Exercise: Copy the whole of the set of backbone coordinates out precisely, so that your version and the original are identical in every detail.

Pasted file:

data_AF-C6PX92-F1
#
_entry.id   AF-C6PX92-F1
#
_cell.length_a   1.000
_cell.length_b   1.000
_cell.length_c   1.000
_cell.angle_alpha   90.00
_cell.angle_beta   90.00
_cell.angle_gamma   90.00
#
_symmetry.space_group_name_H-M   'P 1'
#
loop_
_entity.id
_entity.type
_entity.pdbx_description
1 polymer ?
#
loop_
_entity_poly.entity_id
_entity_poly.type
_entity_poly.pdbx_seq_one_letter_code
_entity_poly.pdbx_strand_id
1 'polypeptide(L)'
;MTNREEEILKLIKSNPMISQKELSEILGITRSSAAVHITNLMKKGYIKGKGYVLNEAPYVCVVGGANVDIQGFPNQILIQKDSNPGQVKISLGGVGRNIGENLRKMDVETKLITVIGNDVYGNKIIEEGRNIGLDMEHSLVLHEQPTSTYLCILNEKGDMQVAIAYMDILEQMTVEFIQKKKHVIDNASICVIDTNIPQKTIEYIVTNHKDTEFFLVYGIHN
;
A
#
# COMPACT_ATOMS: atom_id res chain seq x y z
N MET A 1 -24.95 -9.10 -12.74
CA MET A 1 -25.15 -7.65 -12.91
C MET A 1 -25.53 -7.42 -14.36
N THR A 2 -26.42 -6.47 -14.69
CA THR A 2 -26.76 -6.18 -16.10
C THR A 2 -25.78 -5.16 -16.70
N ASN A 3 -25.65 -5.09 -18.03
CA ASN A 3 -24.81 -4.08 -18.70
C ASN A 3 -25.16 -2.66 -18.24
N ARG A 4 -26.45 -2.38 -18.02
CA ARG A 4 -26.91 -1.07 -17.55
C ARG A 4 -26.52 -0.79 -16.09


data_AF-C6PX92-F1
#
_entry.id   AF-C6PX92-F1
#
_cell.length_a   1.000
_cell.length_b   1.000
_cell.length_c   1.000
_cell.angle_alpha   90.00
_cell.angle_beta   90.00
_cell.angle_gamma   90.00
#
_symmetry.space_group_name_H-M   'P 1'
#
loop_
_entity.id
_entity.type
_entity.pdbx_description
1 polymer ?
#
loop_
_entity_poly.entity_id
_entity_poly.type
_entity_poly.pdbx_seq_one_letter_code
_entity_poly.pdbx_strand_id
1 'polypeptide(L)'
;MTNREEEILKLIKSNPMISQKELSEILGITRSSAAVHITNLMKKGYIKGKGYVLNEAPYVCVVGGANVDIQGFPNQILIQKDSNPGQVKISLGGVGRNIGENLRKMDVETKLITVIGNDVYGNKIIEEGRNIGLDMEHSLVLHEQPTSTYLCILNEKGDMQVAIAYMDILEQMTVEFIQKKKHVIDNASICVIDTNIPQKTIEYIVTNHKDTEFFLVYGIHN
;
A
#
# COMPACT_ATOMS: atom_id res chain seq x y z
N MET A 1 -24.95 -9.10 -12.74
CA MET A 1 -25.15 -7.65 -12.91
C MET A 1 -25.53 -7.42 -14.36
N THR A 2 -26.42 -6.47 -14.69
CA THR A 2 -26.76 -6.18 -16.10
C THR A 2 -25.78 -5.16 -16.70
N ASN A 3 -25.65 -5.09 -18.03
CA ASN A 3 -24.81 -4.08 -18.70
C ASN A 3 -25.16 -2.66 -18.24
N ARG A 4 -26.45 -2.38 -18.02
CA ARG A 4 -26.91 -1.07 -17.55
C ARG A 4 -26.52 -0.79 -16.09